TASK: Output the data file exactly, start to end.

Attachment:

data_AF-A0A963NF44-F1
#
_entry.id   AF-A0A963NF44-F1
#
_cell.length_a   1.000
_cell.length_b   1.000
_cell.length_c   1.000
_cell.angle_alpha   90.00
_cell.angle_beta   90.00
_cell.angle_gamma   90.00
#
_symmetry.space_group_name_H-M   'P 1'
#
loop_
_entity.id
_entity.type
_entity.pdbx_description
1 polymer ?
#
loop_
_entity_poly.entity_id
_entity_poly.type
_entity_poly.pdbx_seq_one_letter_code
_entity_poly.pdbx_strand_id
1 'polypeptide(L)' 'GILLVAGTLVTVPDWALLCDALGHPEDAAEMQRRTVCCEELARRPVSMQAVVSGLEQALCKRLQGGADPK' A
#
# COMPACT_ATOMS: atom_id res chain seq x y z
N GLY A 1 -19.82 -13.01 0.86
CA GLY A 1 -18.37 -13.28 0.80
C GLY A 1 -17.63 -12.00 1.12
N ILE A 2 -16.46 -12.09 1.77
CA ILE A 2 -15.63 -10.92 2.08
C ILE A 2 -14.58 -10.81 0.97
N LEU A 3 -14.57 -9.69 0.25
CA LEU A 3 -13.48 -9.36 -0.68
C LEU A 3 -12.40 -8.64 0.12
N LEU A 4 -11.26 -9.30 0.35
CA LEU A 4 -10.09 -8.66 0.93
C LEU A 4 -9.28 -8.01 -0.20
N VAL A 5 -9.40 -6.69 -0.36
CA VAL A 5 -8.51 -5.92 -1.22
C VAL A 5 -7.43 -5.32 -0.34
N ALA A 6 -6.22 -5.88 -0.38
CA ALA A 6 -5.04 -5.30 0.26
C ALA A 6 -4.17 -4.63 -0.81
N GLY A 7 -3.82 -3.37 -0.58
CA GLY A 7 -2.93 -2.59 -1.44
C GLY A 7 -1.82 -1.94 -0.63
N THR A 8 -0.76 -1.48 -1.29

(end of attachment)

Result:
data_AF-A0A963NF44-F1
#
_entry.id   AF-A0A963NF44-F1
#
_cell.length_a   1.000
_cell.length_b   1.000
_cell.length_c   1.000
_cell.angle_alpha   90.00
_cell.angle_beta   90.00
_cell.angle_gamma   90.00
#
_symmetry.space_group_name_H-M   'P 1'
#
loop_
_entity.id
_entity.type
_entity.pdbx_description
1 polymer ?
#
loop_
_entity_poly.entity_id
_entity_poly.type
_entity_poly.pdbx_seq_one_letter_code
_entity_poly.pdbx_strand_id
1 'polypeptide(L)' 'GILLVAGTLVTVPDWALLCDALGHPEDAAEMQRRTVCCEELARRPVSMQAVVSGLEQALCKRLQGGADPK' A
#
# COMPACT_ATOMS: atom_id res chain seq x y z
N GLY A 1 -19.82 -13.01 0.86
CA GLY A 1 -18.37 -13.28 0.80
C GLY A 1 -17.63 -12.00 1.12
N ILE A 2 -16.46 -12.09 1.77
CA ILE A 2 -15.63 -10.92 2.08
C ILE A 2 -14.58 -10.81 0.97
N LEU A 3 -14.57 -9.69 0.25
CA LEU A 3 -13.48 -9.36 -0.68
C LEU A 3 -12.40 -8.64 0.12
N LEU A 4 -11.26 -9.30 0.35
CA LEU A 4 -10.09 -8.66 0.93
C LEU A 4 -9.28 -8.01 -0.20
N VAL A 5 -9.40 -6.69 -0.36
CA VAL A 5 -8.51 -5.92 -1.22
C VAL A 5 -7.43 -5.32 -0.34
N ALA A 6 -6.22 -5.88 -0.38
CA ALA A 6 -5.04 -5.30 0.26
C ALA A 6 -4.17 -4.63 -0.81
N GLY A 7 -3.82 -3.37 -0.58
CA GLY A 7 -2.93 -2.59 -1.44
C GLY A 7 -1.82 -1.94 -0.63
N THR A 8 -0.76 -1.48 -1.29